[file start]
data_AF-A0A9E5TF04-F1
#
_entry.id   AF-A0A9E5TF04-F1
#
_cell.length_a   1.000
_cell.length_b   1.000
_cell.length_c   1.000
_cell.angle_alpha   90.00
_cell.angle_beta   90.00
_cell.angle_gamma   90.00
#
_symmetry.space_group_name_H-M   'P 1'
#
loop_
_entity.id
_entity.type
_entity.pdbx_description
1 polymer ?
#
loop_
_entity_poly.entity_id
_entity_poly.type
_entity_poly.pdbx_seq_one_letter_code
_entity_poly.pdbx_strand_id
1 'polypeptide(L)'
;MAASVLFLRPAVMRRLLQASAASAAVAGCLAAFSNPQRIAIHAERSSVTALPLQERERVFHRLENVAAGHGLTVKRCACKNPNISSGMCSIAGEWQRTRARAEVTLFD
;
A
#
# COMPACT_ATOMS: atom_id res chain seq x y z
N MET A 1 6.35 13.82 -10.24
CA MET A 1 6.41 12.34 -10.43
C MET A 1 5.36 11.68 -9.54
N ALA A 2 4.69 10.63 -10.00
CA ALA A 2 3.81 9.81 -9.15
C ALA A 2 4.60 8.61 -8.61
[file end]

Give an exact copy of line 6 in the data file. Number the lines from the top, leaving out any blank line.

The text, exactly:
_cell.length_b   1.000